How did FAMU influence you?

Not a lot. I grew up watching TV and action movies like Total Recall and Under Siege, and I edit accordingly. It’s an American style that I mix with a European art style, like Lars von Trier, Joachim Trier, or Haneke.

Under Siege with Steven Seagal?

Yeah, movies where someone hijacks a train or a ship or whatever probably won’t change the world for the better, but you can learn a lot from them. Who’s the protagonist in Under Siege? The ship! The ship drives the plot, Seagal’s character is just a tool. And when the helicopter lands with the antihero in the exposition, it’s like Hitler's arrival in Triumph of the Will…

How do you recognize a good editor?

By when they stop editing. They’re not messing around with scene continuity and they’re paying attention to how the film plays as a whole. They’re not concerned with editing anymore but making a movie.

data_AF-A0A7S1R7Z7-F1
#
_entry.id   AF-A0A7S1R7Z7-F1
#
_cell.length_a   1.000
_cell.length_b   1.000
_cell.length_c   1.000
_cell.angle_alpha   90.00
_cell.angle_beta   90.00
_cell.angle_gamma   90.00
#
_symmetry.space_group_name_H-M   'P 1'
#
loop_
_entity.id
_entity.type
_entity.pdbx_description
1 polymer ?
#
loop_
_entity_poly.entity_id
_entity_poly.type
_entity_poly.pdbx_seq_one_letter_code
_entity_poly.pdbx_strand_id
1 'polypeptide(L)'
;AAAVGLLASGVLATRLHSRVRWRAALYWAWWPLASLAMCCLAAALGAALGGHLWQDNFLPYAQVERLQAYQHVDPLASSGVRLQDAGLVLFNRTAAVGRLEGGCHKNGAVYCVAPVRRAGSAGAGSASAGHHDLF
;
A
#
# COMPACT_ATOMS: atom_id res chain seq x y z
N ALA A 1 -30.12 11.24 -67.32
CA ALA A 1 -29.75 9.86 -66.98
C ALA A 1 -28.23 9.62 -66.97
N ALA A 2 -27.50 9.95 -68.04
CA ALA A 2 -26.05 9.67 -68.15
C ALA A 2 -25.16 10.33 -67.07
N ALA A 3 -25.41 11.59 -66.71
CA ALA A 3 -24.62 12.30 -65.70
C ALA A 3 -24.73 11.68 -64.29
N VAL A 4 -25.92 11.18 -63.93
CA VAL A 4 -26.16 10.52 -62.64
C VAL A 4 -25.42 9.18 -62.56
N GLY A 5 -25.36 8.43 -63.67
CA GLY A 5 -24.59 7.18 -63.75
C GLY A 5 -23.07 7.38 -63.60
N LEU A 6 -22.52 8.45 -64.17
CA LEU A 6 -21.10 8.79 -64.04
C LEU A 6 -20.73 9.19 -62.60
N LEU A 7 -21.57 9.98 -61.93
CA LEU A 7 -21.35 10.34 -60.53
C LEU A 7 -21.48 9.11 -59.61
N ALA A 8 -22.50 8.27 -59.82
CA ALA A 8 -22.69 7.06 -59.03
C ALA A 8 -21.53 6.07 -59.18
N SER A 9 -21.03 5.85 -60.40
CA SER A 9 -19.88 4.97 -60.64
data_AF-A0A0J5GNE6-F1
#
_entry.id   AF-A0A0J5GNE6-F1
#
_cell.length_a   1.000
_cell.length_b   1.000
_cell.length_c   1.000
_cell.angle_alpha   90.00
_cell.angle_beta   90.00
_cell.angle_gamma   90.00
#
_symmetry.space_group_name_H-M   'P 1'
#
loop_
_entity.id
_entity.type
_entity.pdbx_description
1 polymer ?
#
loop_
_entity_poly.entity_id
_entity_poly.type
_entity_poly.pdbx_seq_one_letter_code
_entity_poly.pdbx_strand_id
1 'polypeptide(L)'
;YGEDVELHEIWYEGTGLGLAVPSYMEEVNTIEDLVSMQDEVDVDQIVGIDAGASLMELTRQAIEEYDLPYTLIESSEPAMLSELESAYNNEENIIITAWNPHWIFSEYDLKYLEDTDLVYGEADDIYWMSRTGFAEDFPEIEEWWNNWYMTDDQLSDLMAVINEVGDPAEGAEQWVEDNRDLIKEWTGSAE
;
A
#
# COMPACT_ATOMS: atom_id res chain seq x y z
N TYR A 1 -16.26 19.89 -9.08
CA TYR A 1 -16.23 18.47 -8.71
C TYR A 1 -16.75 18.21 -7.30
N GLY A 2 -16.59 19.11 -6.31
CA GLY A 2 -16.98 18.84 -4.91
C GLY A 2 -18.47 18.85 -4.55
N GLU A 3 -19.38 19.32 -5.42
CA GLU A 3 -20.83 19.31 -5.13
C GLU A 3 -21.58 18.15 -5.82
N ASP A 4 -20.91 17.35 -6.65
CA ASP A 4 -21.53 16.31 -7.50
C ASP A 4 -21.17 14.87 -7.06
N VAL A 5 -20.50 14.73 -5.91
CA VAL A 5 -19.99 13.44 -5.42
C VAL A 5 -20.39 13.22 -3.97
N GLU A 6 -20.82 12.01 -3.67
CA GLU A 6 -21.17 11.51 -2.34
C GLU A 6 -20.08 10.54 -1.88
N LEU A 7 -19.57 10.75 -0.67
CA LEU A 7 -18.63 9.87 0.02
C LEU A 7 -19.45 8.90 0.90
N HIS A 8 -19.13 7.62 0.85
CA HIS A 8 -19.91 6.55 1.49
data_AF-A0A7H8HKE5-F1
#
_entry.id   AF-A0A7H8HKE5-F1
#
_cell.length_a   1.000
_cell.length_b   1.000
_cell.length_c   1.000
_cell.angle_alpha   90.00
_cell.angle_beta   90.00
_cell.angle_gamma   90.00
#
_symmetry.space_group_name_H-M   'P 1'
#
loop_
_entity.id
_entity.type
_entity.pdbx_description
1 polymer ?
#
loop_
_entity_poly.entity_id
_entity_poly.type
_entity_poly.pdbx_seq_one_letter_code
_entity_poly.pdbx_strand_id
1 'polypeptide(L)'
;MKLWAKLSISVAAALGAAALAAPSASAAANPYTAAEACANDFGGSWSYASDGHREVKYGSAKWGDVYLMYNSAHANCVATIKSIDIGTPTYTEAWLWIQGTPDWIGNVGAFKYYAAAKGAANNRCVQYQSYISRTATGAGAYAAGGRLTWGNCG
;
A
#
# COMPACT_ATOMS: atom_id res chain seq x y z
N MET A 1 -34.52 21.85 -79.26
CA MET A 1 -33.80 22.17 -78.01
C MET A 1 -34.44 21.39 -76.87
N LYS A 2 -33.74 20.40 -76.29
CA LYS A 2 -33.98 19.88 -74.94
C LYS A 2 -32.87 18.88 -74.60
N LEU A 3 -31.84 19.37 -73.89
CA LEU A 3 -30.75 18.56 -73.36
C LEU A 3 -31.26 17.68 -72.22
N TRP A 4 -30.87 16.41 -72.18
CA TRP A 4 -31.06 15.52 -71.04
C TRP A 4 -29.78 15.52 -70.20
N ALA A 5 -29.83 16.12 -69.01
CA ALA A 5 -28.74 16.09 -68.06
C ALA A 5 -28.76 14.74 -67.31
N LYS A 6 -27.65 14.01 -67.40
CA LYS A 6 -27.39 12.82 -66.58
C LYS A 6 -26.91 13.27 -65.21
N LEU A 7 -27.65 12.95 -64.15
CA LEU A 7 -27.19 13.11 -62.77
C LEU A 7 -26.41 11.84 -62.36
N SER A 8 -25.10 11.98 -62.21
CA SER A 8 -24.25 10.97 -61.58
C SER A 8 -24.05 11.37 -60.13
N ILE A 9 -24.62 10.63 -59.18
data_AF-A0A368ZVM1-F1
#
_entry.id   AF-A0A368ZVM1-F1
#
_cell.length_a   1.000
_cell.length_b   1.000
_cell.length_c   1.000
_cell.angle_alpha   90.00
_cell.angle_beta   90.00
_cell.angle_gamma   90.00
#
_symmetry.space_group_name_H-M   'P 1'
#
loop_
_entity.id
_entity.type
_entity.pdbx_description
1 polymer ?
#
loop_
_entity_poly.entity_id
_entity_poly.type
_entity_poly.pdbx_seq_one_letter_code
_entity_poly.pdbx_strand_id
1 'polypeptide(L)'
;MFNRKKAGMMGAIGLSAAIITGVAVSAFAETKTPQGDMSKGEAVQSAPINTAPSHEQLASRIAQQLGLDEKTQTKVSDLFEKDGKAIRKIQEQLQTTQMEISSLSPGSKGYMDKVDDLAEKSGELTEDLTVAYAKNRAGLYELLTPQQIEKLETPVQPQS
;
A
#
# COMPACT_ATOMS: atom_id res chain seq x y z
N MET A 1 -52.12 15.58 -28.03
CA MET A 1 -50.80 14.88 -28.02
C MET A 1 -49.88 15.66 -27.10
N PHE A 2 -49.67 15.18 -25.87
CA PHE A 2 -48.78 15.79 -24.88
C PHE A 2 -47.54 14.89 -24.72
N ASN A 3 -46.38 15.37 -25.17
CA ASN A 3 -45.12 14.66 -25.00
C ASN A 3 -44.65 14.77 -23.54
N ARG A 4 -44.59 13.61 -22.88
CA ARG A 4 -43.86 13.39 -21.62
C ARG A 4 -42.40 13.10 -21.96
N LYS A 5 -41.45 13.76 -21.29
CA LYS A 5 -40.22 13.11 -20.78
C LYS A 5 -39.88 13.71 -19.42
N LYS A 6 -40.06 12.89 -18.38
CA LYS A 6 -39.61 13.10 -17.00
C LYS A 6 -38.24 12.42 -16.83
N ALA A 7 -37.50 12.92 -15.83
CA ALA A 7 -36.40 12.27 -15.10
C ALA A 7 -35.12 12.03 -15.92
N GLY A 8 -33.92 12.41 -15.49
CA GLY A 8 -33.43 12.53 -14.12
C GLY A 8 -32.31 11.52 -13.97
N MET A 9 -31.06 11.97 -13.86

Do you have any favorite editors?

Maybe Dylan Tichenor. Miroslav Hájek is phenomenal, especially in Markéta Lazarová. Then I like editor-fixers like Stuart Baird, who gets called in when something needs fixing. Like Street Fighter—I edited the ending of At Full Throttle based on that film.

At Full Throttle is a documentary about a man from a Moravian village who does autocross racing and struggles to find his place in society. It was also in the main competition at Karlovy Vary last year. What made it interesting for you?

It was purely observational. But when I lined up the material with director Miro Remo, who had as much input as I did on the editing, we saw an interesting man who was great at what he does, but no real subject matter. So we decided to explain the frustration of people who are getting disillusioned with society and leaning towards the far right. We tried to make it so viewers from a certain social class who tend to despise people like that would say, “I would normally hate this person, but suddenly I understand him.” I feel like that’s extremely important. Those kinds of things are the reason I edit films.

Is it the theme-finding phase that you enjoy most about editing?